Taxpayer-backed Lloyds Banking
Group has kept up the momentum of the British banking recovery, unveiling
first-half profits of $2.5 billion.
The sum was twice the $1.2 million
figure predicted by analysts and represents a sharp bounce-back from the $6.3
billion losses seen a year earlier.
The improvement was partly down to
vastly reduced write-down’s, with loan impairments coming in at under $10.4
billion – less than half the $21.2 billion it suffered in the same period last
Lloyds said it had seen strong
trading against the backdrop of a stabilising economy – and it expects to
deliver a strong medium-term performance as the recovery continues.
It said it has passed a
“significant milestone”, with the toxic-loan legacy of its HBOS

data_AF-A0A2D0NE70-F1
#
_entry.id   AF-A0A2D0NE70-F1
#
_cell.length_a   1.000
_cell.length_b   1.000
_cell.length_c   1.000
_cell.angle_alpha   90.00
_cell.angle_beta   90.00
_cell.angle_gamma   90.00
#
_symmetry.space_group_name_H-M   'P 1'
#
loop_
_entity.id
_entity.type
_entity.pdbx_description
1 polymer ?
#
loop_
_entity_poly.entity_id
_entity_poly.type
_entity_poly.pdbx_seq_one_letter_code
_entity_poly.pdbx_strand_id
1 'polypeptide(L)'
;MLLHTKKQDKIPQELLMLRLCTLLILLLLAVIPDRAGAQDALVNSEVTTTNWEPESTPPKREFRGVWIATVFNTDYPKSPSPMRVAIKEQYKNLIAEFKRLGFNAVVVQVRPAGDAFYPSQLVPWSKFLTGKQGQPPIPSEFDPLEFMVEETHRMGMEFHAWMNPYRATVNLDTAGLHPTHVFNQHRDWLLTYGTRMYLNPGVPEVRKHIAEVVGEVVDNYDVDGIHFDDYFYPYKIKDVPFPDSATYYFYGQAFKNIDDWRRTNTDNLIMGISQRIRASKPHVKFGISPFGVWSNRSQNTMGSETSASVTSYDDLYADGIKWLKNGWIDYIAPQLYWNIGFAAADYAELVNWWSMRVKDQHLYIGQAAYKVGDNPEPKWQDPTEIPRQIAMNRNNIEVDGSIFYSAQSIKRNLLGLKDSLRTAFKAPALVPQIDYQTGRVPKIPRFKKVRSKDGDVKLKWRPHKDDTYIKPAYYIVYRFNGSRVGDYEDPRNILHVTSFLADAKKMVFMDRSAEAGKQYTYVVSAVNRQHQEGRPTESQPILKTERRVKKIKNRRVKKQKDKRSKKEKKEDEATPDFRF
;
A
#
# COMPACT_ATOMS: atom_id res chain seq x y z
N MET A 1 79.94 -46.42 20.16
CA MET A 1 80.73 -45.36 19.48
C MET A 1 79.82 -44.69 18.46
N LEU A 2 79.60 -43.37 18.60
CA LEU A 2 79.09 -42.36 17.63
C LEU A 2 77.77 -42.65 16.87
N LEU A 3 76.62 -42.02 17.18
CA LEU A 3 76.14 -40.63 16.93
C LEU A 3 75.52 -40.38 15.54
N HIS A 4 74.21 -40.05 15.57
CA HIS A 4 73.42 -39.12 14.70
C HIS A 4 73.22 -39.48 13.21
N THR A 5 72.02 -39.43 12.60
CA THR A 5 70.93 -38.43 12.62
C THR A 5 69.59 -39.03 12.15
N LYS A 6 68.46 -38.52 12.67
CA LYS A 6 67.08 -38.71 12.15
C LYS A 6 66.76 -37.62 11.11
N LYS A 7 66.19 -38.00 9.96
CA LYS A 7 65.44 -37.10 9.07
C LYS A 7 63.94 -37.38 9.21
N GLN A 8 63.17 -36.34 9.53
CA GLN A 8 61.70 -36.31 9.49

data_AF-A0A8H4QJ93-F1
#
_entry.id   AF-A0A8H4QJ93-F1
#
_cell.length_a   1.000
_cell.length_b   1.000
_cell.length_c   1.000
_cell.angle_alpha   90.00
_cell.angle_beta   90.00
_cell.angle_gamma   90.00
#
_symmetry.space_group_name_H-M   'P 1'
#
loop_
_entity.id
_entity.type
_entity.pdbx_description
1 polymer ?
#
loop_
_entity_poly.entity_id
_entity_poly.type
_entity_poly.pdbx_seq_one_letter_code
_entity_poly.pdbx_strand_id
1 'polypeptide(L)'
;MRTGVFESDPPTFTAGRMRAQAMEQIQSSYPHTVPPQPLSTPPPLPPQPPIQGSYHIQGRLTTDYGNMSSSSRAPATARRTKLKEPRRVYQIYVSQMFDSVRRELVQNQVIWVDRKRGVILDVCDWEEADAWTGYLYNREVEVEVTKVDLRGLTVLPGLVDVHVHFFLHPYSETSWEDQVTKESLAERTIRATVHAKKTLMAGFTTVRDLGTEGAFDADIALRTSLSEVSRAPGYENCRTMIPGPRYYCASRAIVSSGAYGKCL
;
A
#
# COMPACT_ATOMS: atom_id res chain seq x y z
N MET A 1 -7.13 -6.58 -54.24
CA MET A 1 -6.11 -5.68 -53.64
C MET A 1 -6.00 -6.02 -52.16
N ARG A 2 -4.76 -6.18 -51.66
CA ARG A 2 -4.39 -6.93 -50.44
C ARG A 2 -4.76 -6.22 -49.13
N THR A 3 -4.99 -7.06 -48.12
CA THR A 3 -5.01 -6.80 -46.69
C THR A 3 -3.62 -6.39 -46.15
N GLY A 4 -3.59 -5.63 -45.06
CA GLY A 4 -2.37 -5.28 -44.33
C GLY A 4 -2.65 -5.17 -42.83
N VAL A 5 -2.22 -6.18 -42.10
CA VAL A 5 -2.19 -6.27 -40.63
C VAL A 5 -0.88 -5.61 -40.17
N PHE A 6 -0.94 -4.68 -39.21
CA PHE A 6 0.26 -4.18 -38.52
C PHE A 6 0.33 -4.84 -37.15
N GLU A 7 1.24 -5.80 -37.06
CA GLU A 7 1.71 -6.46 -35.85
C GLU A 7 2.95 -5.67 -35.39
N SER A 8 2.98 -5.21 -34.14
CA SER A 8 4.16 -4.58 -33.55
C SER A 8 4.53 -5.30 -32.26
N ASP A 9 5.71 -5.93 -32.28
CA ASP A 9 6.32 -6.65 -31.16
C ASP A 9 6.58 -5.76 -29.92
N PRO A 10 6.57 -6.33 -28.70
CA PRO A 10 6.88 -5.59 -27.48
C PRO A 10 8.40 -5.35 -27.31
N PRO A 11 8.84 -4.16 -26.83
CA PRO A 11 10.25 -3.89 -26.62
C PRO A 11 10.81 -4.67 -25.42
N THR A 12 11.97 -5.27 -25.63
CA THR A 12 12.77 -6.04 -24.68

takeover beginning to fade and the bank “on track” to achieve its
target of $3.1 billion in synergies from the deal by 2011.
But the return to profit is likely
to crank up pressure on the bank, which is 41 per cent owned by the Government,
to increase lending.
Lloyds ended the first half of 2010
slightly ahead of targets on that score, with $38 billion of gross lending to
business in the period.
But that may not be enough to
silence critics who say the likes of Lloyds and bail-out peer RBS must do more,
with net lending by Lloyds remaining flat.